Looking for a stylish – but rare – name for a daughter? Consider Sybil.
Thanks to Another for suggesting our Baby Name of the Day.
Sybil: Ancient World
Once upon a time, Sybil wasn’t a given name at all.
It was a title.
In the ancient world, it referred to a prophetess. While their personal identities remain largely unknown, their cryptic pronouncements influenced the course of history.
Certain shrines were especially well-regarded. At Delphi – arguably the most famous site – the head priestess was known as Pythia, and channeled the predictions of Apollo. The priestess at Cumae might have predicted the birth of Jesus. Plato, Virgil, and Heraclitus all recorded tales of their prophecies.
In the Middle Ages, Sybilla became the preferred form. The Dictionary of Medieval Names from European Sources lists dozens of variations, including Sibilia, Sibella, and Sibly. Surname Sibley evolved, too.
How could a pagan prophetess inspire medieval namers? Because at least one revelation involved the birth of Christ, the name became acceptable in a Christian context.
Royal and aristocratic Sybillas included:
- A queen of Jerusalem, who reigned from 1186 to 1190. She belonged to the House of Anjou, and was not the first to bear the name.
- Henry I of England and his mistress, Lady Sybilla Corbet, had a daughter, also named Sybilla. She became Queen Consort of Scotland.
- At least two other queen consorts wore the name in the same era.
By the Renaissance, the ancient oracles had become a popular theme in art. Michelangelo’s Sistine Chapel includes five.
The Reformation cooled enthusiasm for this name.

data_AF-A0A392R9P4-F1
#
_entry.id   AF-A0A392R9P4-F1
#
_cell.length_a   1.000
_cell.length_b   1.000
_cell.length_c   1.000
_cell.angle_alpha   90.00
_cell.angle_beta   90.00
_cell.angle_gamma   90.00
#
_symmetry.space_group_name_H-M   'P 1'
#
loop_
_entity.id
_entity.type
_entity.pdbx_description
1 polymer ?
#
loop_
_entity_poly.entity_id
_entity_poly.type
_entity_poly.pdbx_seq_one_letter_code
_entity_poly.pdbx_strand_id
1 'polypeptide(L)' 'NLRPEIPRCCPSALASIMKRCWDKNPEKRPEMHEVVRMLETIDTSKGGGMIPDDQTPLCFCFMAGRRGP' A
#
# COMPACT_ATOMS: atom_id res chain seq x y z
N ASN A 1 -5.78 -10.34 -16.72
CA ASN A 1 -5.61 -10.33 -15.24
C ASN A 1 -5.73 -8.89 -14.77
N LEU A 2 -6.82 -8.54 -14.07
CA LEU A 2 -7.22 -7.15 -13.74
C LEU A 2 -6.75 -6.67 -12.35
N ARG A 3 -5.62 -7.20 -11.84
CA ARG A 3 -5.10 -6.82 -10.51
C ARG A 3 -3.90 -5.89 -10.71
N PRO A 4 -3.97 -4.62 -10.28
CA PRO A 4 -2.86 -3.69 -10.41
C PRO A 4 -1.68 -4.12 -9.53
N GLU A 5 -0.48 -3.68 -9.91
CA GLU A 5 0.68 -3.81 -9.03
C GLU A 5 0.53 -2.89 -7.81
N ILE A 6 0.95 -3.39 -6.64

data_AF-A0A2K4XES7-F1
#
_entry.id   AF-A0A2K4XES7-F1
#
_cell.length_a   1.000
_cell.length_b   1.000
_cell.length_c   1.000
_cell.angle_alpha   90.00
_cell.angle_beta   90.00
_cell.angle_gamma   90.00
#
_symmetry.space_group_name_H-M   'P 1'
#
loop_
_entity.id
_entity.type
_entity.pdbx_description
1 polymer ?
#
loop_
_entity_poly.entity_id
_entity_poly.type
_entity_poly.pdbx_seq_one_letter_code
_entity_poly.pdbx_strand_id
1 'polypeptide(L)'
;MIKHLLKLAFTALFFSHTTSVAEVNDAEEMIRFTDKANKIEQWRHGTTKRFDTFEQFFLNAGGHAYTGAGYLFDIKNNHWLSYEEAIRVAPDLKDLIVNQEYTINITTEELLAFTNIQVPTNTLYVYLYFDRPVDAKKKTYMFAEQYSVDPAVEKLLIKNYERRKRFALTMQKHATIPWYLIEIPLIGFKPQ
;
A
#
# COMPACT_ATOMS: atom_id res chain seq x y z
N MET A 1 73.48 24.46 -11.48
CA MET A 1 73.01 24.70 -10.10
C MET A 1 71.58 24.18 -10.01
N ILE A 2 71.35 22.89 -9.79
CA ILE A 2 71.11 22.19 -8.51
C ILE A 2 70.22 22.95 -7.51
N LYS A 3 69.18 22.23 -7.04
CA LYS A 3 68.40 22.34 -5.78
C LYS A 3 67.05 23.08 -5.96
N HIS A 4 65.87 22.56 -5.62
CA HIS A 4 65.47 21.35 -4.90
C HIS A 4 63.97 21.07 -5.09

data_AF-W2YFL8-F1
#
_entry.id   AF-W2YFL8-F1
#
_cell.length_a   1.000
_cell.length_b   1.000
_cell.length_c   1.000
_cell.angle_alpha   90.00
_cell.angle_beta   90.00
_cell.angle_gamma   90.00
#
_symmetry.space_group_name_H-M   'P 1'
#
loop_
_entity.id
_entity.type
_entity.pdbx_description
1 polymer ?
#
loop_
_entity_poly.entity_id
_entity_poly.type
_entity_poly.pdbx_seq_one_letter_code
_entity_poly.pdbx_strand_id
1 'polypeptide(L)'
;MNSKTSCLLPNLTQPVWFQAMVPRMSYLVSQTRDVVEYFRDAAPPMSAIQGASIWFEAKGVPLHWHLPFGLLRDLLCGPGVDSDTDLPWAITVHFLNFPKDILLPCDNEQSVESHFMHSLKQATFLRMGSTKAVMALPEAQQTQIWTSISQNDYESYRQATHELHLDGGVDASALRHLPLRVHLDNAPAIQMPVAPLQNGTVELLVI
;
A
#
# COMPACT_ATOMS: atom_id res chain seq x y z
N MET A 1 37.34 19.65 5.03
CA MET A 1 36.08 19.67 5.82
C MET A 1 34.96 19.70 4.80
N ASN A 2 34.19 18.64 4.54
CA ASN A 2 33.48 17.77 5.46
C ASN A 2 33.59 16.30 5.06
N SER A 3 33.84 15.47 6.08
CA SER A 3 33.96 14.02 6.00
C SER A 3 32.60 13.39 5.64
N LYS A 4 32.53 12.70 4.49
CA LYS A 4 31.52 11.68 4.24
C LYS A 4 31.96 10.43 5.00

Sybil: Nineteenth Century Revival
The name was rediscovered in the nineteenth century. Benjamin Disraeli called his 1845 novel Sybil, or The Two Nations.
- Writer Lady Sibyl Primrose Grant penned short stories and poems in the 1910s.
- Silent film star Sybil Seely appeared alongside leading men like Buster Keaton.
By the early twentieth century, parents clearly preferred the y-first spelling.
In 1920, when the name reached peak popularity, the y-first spelling ranked in the Top 300, while Sibyl languished 200 or more places behind.
The name left the Top 1000 entirely after 1966.
1973’s Sybil was said to be the true story of a woman with multiple personality disorder. The bestseller became a made-for-TV movie in 1976.
Sybil served as a pseudonym for the patient, Shirley.
Cybill Shepherd – named for grandfather Cy and father Bill – played Jacy in The Last Picture Show in 1971, and later dominated the 1980s as one-half of the duo in Moonlighting.
The combination led to a small uptick in the number of girls given the name, as well as the debut of Cybil and Cybill. But by the mid-1990s, it teetered on the edge of obscurity.
Sybil: Trelawney and Crawley
Today’s parents will see Sybil in a very different light.
First came Harry Potter divination professor Sybill Trelawney, the maker of the very occasional – but critical – prophecy.
But it’s Downton Abbey that remade the name. The BBC breakout hit centered on the Crawley family, including idealistic youngest daughter Sybil. She’s a suffragette and a nurse during the war. She elopes with the chauffeur, only to die during childbirth. Their daughter – usually called Sibby – is named after her mother.
Downton Abbey has done wonders for Cora, so it comes as no surprise that the name is trending. 90 girls were named Sybil in 2015, the highest number since 1980.
That’s still far outside of the current US Top 1000, which makes this a great choice for parents seeking something just as simple as Alice or Evelyn, as ancient as Penelope, but far less expected than any of the current favorites.
Do you think Sybil will return to the US Top 1000?
This post was originally published on September 18, 2008. It was substantially revised and reposted on August 25, 2016.